At the appropriate time the therapist enables you to begin to recognise and not only get in touch with something of the pleasure of parenting but also, gently and without judgement, helps you 'smooth out' some of what may at times have built in your mind into painfully acute emotions: resentments, disappointments, feelings of inadequacy, fear, shame and jealousy associated with the pregnancy, birth and your little one's early months.
The most stable households can feel rocky...
When we bear in mind that the most stable household can feel rocky at the introduction of a new infant who takes his or her place in the family, we realise judgemental attitudes are unhelpful and that gentleness is important.
The pace of life today
Many working couples have been living highly pressured lives, although in some respects now, paradoxically, Covid's safety measures have enabled working from home, and lessened some of the rushing around in cars, work deadlines, etc. However, in many families now, financial problems are a looming focus.
As an arts therapist, I work with the concept of 'me', and 'not me', which enables you to feel a little more 'distanced' from your difficult feelings. 'Standing back' together from the baby's birth in this safe psychotherapeutic space helps you air and acknowledge your own personal difficult feelings as well as your hopes.
When Mums feel bogged down and confused, beginning to feel a sense of knowing your own choices and feelings and firming up your boundaries can help you feel listened to. Each parent can begin to feel heard and more understood by the other. Sharing feelings of inadequacy can bring couples closer. Skilled psychotherapists are used to working with the necessary sense of timing and acceptance.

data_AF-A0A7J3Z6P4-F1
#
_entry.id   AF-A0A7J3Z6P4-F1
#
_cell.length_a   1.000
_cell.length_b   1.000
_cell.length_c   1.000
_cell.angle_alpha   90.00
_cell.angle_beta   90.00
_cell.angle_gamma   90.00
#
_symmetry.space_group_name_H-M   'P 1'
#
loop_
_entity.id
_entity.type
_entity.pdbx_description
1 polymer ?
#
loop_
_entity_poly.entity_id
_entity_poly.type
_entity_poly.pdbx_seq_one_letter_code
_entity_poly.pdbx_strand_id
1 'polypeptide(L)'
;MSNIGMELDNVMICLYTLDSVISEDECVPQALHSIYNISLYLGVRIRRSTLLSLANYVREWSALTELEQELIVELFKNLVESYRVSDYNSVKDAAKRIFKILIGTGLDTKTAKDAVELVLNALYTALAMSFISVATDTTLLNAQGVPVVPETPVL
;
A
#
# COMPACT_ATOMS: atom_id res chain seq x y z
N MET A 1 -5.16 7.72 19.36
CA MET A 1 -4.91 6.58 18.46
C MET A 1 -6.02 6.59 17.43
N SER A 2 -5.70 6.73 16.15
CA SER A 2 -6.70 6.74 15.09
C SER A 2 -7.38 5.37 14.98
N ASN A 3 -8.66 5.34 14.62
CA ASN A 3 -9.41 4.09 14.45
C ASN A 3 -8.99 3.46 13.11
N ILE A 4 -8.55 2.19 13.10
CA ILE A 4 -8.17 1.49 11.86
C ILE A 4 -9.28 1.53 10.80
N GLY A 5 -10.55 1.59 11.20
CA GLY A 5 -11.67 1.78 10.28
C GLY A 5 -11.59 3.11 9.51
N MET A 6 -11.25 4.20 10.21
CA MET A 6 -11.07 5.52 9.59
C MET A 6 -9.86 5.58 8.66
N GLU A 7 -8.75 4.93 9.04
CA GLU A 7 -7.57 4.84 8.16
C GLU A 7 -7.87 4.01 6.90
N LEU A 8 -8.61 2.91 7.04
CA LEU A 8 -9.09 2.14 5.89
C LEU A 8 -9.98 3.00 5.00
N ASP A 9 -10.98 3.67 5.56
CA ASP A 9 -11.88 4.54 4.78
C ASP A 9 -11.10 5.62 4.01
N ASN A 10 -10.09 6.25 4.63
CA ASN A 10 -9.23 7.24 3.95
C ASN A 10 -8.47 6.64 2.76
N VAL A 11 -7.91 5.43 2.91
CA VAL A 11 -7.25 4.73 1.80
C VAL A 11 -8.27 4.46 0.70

When each parent feels more acknowledged, when couples feel stronger together, the baby can become a more joyful focus. Sometimes for the first time, delight in baby's development can be enabled. A tv programme many years ago comes to mind in which a group of young fathers featured. One new dad had never realised his baby son - who he thought a dreary trial - could be fascinating.
There was a certain amount of unacknowledged jealousy in him because his wife spent so much time with the baby, and this is common. But as dad and baby began to relate to one another the joy on the man's face became reflected in his infant son's face. The development of this precious relationship was immensely moving. The viewer knew this could not be reversed: that it was a lasting attachment.
Attachments are the stuff of life. Society, professionals and families who provide gentleness and enough space, especially at this time in history, can help families reap richness. Psychotherapy's specific focus, nowadays on Zoom, begins to provide understood boundaries to ensure the work is safe and directed. Psychotherapists working alongside and in tandem with maternity teams and health visitors can add under-recognised, underused skills.
- Bowlby, J. A Secure Base. Routledge 1988 reprint 2010.
- Gerhardt, S. Why Love Matters. How affection shapes a baby's brain. Routledge 2004.
- Winnicott, D.W. Through Paediatrics to Psychoanalysis Collected Papers. Karnak 1958 reprint 2003.